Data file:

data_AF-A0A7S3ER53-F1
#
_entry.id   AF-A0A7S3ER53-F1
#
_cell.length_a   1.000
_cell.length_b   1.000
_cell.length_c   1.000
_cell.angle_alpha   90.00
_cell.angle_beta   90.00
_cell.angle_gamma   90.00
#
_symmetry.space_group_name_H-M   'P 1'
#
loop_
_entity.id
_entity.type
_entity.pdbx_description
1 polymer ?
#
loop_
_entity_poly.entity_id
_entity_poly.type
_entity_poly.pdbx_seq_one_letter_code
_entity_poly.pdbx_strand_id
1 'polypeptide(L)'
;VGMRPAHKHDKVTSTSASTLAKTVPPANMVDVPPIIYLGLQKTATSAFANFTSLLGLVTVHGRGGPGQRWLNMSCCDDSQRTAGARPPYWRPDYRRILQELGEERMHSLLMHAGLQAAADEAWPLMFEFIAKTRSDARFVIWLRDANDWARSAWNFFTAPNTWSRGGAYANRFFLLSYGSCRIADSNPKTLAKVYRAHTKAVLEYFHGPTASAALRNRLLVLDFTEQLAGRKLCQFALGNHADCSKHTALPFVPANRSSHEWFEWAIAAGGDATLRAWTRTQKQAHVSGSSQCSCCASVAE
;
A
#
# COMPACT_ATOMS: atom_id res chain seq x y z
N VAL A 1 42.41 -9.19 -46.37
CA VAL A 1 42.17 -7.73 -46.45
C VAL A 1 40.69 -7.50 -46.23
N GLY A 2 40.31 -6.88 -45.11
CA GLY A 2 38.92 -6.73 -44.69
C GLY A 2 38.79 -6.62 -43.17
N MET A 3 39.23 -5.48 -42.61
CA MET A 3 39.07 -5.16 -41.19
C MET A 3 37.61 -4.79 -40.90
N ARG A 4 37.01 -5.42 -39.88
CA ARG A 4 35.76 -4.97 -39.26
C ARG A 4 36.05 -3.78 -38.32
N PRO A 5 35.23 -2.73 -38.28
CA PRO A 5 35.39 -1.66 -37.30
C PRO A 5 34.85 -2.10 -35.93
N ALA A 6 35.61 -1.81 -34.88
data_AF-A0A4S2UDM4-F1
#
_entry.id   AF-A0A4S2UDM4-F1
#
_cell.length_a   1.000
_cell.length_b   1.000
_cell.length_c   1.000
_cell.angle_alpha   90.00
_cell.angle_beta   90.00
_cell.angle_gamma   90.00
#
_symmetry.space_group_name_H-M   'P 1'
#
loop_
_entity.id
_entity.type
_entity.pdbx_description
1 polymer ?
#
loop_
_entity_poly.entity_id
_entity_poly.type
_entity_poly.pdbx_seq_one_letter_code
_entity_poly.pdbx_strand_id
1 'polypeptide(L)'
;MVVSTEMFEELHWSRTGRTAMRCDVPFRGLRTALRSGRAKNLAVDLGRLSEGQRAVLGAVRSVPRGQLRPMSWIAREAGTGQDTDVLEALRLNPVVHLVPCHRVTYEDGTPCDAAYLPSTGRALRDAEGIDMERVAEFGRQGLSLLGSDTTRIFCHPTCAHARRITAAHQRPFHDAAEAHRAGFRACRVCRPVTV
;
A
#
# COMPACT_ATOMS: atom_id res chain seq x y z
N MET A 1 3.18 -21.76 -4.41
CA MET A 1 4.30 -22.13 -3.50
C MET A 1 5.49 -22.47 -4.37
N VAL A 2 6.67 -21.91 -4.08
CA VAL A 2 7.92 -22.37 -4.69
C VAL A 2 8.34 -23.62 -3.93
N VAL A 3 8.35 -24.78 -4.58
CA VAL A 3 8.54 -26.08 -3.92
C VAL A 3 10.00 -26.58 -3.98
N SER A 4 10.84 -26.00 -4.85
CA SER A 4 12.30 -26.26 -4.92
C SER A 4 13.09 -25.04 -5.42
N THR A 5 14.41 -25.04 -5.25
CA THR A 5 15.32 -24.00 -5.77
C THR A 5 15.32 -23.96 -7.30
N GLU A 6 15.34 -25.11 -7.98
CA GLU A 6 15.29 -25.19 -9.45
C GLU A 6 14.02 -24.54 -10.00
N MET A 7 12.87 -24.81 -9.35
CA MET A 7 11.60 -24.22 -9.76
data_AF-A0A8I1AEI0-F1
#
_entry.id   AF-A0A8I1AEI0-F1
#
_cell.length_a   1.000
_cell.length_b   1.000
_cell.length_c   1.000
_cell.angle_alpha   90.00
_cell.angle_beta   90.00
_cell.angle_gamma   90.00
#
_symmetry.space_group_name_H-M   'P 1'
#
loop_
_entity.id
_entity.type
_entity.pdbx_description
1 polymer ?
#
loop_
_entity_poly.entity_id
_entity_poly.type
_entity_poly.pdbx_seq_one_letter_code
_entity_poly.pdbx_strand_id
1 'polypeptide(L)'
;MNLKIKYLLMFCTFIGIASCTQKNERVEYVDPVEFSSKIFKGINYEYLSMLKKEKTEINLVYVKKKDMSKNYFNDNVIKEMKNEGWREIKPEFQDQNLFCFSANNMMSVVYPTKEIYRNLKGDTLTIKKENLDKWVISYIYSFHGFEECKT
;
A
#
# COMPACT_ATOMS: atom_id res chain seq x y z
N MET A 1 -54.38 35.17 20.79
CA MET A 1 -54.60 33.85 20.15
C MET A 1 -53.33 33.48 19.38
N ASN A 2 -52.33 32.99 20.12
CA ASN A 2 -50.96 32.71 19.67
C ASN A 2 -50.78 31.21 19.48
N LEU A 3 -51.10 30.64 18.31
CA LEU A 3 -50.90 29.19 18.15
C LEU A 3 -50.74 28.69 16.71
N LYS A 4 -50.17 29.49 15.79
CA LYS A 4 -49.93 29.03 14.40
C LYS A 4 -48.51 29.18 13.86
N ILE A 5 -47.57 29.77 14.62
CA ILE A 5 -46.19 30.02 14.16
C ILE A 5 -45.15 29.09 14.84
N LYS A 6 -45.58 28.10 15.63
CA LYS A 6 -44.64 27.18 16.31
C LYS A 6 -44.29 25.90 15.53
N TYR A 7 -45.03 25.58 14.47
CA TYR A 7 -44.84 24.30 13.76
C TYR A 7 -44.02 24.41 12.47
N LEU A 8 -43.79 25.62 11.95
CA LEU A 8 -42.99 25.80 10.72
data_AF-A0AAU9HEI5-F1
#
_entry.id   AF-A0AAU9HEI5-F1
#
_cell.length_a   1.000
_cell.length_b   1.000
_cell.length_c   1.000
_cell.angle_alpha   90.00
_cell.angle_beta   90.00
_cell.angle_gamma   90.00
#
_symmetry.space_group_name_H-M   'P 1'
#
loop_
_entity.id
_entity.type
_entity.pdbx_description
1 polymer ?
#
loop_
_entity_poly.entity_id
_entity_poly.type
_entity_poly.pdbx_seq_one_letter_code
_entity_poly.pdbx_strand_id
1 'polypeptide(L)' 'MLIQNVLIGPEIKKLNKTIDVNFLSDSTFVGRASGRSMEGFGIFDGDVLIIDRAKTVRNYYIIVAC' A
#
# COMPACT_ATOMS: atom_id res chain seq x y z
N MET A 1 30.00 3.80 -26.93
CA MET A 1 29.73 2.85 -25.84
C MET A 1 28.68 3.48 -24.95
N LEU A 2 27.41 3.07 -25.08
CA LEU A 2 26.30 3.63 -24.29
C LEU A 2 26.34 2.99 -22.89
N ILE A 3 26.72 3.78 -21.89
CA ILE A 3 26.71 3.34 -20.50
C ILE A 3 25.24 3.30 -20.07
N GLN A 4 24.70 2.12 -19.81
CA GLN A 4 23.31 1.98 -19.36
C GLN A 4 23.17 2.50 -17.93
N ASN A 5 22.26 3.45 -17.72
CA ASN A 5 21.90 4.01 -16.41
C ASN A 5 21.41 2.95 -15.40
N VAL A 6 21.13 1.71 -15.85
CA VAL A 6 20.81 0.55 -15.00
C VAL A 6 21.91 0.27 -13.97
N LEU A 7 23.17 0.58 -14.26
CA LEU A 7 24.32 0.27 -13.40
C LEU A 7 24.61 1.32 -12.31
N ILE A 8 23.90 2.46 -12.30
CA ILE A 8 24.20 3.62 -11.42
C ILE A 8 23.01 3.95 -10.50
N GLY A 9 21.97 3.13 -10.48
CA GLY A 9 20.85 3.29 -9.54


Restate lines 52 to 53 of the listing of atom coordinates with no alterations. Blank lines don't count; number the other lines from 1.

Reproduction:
_cell.length_b   1.000
_cell.length_c   1.000